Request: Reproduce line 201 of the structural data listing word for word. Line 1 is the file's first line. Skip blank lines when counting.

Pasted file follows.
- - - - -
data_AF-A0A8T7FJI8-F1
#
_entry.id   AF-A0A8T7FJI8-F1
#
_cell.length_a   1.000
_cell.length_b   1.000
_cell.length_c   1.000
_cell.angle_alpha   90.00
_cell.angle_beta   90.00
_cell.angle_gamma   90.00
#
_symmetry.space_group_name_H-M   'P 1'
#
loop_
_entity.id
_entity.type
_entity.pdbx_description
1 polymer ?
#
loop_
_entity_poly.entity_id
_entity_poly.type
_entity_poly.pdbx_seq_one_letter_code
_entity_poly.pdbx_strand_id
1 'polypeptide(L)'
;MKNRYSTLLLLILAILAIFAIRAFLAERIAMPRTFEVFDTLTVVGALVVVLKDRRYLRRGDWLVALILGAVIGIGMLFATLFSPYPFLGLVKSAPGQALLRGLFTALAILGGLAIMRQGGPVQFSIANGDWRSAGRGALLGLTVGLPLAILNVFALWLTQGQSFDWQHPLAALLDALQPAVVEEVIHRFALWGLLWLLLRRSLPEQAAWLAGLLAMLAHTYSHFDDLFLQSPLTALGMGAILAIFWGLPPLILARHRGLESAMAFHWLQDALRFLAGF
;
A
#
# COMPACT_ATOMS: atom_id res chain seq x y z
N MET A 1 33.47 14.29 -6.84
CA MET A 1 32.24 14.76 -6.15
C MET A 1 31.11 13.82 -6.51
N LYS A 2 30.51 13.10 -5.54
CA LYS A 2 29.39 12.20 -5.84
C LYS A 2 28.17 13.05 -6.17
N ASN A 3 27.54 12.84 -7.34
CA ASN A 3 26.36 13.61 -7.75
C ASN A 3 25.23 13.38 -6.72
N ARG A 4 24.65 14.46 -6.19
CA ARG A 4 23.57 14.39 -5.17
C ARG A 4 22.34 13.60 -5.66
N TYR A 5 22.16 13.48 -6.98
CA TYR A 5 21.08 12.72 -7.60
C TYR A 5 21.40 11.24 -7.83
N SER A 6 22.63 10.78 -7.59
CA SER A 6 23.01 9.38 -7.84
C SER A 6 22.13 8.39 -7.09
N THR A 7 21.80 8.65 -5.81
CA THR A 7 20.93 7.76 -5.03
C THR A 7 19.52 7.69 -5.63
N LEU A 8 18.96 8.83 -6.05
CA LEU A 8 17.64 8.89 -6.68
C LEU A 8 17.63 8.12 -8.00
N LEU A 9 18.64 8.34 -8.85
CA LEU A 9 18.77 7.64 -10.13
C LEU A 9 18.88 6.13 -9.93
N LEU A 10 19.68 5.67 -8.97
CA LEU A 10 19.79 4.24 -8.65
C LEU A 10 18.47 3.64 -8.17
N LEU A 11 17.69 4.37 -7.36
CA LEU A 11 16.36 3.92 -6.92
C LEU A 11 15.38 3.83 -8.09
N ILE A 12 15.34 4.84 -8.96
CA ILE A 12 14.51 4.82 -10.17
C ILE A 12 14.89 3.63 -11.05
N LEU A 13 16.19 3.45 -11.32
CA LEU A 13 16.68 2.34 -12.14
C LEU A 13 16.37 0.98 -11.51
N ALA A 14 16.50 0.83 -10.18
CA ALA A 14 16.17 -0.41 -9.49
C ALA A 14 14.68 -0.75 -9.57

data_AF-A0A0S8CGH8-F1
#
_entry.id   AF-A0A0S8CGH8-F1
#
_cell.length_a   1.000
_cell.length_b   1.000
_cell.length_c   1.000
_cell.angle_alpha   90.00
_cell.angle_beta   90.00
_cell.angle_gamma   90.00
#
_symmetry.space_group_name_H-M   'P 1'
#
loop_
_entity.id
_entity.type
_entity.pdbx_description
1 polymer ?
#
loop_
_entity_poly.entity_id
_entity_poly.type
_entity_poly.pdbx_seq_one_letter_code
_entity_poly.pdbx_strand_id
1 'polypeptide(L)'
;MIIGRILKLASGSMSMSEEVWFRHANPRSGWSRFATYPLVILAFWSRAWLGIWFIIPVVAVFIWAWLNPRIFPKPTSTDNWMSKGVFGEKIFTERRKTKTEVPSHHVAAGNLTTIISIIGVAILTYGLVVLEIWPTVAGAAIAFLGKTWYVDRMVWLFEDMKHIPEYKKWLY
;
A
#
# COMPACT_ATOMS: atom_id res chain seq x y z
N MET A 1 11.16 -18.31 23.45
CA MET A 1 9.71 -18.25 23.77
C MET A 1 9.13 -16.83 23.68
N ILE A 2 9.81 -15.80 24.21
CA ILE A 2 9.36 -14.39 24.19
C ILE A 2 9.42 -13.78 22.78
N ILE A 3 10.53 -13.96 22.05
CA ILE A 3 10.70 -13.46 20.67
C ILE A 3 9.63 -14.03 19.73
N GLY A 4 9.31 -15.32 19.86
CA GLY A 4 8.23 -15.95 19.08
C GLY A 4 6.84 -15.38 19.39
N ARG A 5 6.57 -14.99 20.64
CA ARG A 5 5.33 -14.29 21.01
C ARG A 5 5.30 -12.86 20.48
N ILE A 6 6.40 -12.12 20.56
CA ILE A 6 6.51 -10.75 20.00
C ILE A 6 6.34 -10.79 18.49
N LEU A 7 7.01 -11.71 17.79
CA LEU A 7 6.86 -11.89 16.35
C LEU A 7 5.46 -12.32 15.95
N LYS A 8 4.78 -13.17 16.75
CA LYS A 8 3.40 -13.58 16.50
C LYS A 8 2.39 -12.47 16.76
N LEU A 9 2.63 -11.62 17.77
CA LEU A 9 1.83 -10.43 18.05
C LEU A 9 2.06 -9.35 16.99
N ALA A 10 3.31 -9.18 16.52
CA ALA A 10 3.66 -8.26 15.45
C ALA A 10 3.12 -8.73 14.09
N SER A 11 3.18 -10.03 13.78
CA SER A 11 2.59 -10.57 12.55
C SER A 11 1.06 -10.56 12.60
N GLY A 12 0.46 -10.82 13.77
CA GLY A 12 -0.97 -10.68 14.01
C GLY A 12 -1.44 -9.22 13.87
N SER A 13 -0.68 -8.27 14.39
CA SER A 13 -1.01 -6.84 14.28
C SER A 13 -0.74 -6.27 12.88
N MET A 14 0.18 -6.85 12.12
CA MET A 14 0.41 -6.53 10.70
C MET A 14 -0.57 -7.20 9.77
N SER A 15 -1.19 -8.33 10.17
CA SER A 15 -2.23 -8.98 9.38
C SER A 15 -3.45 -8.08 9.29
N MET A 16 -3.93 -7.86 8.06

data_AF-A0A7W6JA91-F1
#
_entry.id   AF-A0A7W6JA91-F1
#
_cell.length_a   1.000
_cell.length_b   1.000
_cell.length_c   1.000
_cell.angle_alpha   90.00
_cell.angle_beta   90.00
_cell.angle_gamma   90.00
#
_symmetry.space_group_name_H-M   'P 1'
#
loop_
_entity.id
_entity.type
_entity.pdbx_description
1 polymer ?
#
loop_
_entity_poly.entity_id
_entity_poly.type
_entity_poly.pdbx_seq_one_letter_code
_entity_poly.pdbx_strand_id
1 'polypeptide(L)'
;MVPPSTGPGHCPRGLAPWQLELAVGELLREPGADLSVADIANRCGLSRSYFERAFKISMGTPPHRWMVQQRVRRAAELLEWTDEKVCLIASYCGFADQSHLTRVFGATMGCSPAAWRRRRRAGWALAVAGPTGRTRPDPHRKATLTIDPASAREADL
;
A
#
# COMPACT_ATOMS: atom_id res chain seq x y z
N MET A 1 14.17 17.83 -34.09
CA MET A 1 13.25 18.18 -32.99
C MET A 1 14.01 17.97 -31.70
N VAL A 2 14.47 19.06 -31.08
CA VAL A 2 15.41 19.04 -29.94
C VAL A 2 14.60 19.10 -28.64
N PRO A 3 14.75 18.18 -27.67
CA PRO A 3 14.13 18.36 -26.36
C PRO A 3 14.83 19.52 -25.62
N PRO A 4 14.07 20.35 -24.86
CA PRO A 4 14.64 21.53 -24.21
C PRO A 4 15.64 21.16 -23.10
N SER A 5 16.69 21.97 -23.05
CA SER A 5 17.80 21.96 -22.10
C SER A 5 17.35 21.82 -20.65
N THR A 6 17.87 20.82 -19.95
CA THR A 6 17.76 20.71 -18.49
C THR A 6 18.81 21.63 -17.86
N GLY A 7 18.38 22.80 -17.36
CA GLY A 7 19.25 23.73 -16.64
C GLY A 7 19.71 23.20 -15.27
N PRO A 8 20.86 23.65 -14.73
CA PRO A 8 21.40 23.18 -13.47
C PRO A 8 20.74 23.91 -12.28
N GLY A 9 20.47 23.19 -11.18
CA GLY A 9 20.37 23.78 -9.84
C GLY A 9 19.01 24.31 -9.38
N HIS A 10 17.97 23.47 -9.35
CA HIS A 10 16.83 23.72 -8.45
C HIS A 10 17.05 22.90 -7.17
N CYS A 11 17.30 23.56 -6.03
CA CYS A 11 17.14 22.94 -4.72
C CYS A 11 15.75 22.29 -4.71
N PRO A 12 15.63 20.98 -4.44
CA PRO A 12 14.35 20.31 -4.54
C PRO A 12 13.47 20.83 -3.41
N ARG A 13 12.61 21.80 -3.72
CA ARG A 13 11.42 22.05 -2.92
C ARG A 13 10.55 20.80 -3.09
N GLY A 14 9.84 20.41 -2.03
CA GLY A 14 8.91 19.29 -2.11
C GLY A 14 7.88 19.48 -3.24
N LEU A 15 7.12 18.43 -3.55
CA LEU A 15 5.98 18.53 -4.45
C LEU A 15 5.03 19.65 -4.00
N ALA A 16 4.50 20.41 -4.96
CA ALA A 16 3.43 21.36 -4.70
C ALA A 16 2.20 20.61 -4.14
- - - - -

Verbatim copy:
CA PRO A 8 21.40 23.18 -13.47